So in an effort to try and become more organized and structured in my game design life, I’ve recently started using Google Keep as my web homepage, encouraging me to finally keep to-do lists and such. While I’ve theoretically had a to-do list as a recurring Outlook reminder, and Outlook has a great Task functionality, a recent spate of listening to the Board Game Design Lab podcasts (fantastic website and series, btw!) encouraged me to not only do this, but to use a psychology trick in the process: putting lots of small, almost effortless tasks on the list, so tackling the occasional big object feels like a continuation of my momentum rather than trying to roll the boulder up the hill from scratch.
Back to our regular schedule of content, after many mini-updates! Today, I wanted to take a bit to talk about outsider game balancing. Outsider here means someone who isn’t the game developer doing the balancing, and I wanted to go over two possible approaches to this balancing aspect.
One setting I am absolutely planning on playing in eventually is that of Walmart: Apocalypse. On the surface it’s an insane, ridiculous setting filled with Mad Max style zaniness, but it’s also quite capable of shifting to be hardcore survivalist horror as well. I’ll talk a bit today about the setting, and what systems I’m planning on running it in.
Something that I’m curious about is seeing a comparison of how other people GMing games balance before-hand preparation with off-the-cuff improvisation. I’ve tried games slanted heavily towards both, and would like to talk a bit about my thoughts on the different styles before finding out what your preferred style is.
My early games of GMing, huddled around a flickering candle (To set the dramatic mood) on a Boy Scout campout, were entirely freeform/improvised (And the rules were little better than that). I found that this was a good way to roll with the punches, as the players tended to act wild and crazy at the best of times, and were backstabbing murderhobos at the worst. We had numerous interesting adventures, including poisoning an entire town using reagents recovered from a disabled trap and turning the entire contents of a blacksmith’s shop into a medieval armored tank. But just as often we’d get bogged down, as I would struggle to come up with names or objectives in the scant seconds before attention spans began to wane and out-loud musings on the worth of another character’s possessions were uttered.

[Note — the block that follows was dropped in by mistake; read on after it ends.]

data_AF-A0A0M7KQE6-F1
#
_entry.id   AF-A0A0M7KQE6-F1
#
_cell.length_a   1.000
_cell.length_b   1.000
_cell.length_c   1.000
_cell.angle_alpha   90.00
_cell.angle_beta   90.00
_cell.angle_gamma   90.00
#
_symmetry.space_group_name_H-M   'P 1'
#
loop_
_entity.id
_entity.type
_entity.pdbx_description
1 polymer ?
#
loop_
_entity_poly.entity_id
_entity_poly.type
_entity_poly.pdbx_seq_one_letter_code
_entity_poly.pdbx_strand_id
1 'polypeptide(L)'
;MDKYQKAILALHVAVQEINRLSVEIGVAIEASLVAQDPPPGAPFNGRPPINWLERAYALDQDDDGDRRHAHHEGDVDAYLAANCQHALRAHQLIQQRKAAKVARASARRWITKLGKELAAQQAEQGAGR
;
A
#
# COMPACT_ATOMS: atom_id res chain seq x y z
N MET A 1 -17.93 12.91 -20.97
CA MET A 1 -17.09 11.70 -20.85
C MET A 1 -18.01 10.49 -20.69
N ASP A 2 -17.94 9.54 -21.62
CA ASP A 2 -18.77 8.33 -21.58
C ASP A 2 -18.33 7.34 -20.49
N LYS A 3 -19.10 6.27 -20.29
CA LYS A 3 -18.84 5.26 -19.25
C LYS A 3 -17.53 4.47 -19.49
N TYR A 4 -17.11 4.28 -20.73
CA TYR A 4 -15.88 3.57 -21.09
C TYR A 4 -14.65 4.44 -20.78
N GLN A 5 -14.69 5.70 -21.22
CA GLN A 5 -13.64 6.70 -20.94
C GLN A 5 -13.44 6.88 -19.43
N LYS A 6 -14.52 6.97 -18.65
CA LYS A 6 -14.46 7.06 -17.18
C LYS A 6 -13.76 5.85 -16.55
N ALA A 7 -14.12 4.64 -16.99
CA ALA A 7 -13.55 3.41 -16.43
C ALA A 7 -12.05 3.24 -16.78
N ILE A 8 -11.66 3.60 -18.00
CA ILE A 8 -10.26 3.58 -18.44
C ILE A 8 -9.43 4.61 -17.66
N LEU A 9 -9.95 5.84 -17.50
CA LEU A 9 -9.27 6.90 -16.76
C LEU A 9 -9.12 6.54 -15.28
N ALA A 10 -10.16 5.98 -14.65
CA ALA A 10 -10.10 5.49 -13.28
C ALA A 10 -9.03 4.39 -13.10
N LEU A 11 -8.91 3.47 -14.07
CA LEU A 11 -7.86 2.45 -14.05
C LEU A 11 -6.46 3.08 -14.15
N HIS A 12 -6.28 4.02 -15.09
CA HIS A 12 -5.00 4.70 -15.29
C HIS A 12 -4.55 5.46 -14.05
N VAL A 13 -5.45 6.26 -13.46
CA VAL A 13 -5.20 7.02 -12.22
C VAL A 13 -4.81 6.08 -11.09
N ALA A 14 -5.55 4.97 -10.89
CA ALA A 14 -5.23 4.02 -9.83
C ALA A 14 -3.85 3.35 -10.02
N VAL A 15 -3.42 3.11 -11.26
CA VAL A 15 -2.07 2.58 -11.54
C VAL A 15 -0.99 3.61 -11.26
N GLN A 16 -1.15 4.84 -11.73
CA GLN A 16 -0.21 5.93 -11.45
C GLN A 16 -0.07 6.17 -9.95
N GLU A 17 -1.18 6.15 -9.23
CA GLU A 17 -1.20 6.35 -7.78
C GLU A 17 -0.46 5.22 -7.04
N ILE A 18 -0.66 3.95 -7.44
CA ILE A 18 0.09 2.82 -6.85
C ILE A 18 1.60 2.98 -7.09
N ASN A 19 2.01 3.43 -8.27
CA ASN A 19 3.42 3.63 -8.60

So something that has been on my mind lately as I’ve been brainstorming a new RPG (Inspired by the freeform skill/flaw choices in Eric Nieudan’s amazing White Books) is the concept of Skills. There seems to be two main schools of thought, and each has two subsections I’ll discuss a bit as well. The first of these categories is Structured Skills, indicating that the skills come from some sort of list that the player picks from and records, while the other is Freeform Skills, where the players are free to make up their own skills rather than pick from a list.
Of the two groups, I have to say I heavily prefer Freeform, as it allows for far greater flexibility when making a character and generally requires less memorizing of rules as well. Examples of this include Risus and one of my personal favorites, Simple D6. Freeform skill systems also fall on a gradient, between Mechanical and Fluffy.
So a few months back I got back into Magic the Gathering, getting revved up and attending the Theros release stuff, and getting super-excited I had a deck with two Abhorrent Overlords (Even though I built the rest of the deck like crap and won diddly). While I have fallen off of the wagon in the intervening months due to the holidays and a busy work and home life, something I really, really like about Magic is the system for Drafting.
Something I really enjoy in games is the chance that, under perfect circumstances and/or with a perfect roll, the underdog model or player character or what have you can overcome impossible odds and make the shot, 1-hit-kill the enormous dragon, dodge what should have been a point-blank shot, etc. I also like it when the trope is flipped on it’s head, where there’s a chance to fail so spectacularly that everything is ruined utterly and completely, if you roll/plan badly enough.
A good example of this is exploding dice mechanics, and for this example I’ll use Mantic’s Deadzone. Deadzone uses d8s, and on a roll of 8, you keep the 8 and roll another die. This means with an absurdly good string of luck, one can roll a huge number of successes, enabling a model that might normally never have a chance in hell against a target have a remote chance of actually damaging it or taking it down completely.